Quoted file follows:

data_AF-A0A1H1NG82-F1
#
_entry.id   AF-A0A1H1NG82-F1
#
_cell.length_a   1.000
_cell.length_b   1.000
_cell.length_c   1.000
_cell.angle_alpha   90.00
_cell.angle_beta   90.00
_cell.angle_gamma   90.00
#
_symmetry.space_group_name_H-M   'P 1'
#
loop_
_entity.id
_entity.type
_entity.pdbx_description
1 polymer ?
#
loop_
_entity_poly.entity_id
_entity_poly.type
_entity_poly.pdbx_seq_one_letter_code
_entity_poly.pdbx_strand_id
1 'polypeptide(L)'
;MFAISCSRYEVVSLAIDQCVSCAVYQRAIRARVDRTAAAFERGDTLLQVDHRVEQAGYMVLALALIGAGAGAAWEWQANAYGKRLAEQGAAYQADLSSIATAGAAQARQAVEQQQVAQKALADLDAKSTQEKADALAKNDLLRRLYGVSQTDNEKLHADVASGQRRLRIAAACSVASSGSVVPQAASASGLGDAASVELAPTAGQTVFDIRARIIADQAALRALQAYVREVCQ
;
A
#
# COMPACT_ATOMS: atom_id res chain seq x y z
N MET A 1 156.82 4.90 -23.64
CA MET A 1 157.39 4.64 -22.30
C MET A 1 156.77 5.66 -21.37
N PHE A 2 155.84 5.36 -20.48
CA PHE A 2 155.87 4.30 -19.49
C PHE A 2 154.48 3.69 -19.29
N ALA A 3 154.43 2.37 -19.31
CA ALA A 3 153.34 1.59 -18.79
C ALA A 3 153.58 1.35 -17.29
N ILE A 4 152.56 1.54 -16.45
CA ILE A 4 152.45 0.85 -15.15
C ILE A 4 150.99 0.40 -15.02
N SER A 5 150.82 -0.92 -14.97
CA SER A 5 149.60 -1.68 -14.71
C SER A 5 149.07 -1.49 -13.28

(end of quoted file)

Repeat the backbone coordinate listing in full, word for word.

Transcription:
data_AF-A0A1H1NG82-F1
#
_entry.id   AF-A0A1H1NG82-F1
#
_cell.length_a   1.000
_cell.length_b   1.000
_cell.length_c   1.000
_cell.angle_alpha   90.00
_cell.angle_beta   90.00
_cell.angle_gamma   90.00
#
_symmetry.space_group_name_H-M   'P 1'
#
loop_
_entity.id
_entity.type
_entity.pdbx_description
1 polymer ?
#
loop_
_entity_poly.entity_id
_entity_poly.type
_entity_poly.pdbx_seq_one_letter_code
_entity_poly.pdbx_strand_id
1 'polypeptide(L)'
;MFAISCSRYEVVSLAIDQCVSCAVYQRAIRARVDRTAAAFERGDTLLQVDHRVEQAGYMVLALALIGAGAGAAWEWQANAYGKRLAEQGAAYQADLSSIATAGAAQARQAVEQQQVAQKALADLDAKSTQEKADALAKNDLLRRLYGVSQTDNEKLHADVASGQRRLRIAAACSVASSGSVVPQAASASGLGDAASVELAPTAGQTVFDIRARIIADQAALRALQAYVREVCQ
;
A
#
# COMPACT_ATOMS: atom_id res chain seq x y z
N MET A 1 156.82 4.90 -23.64
CA MET A 1 157.39 4.64 -22.30
C MET A 1 156.77 5.66 -21.37
N PHE A 2 155.84 5.36 -20.48
CA PHE A 2 155.87 4.30 -19.49
C PHE A 2 154.48 3.69 -19.29
N ALA A 3 154.43 2.37 -19.31
CA ALA A 3 153.34 1.59 -18.79
C ALA A 3 153.58 1.35 -17.29
N ILE A 4 152.56 1.54 -16.45
CA ILE A 4 152.45 0.85 -15.15
C ILE A 4 150.99 0.40 -15.02
N SER A 5 150.82 -0.92 -14.97
CA SER A 5 149.60 -1.68 -14.71
C SER A 5 149.07 -1.49 -13.28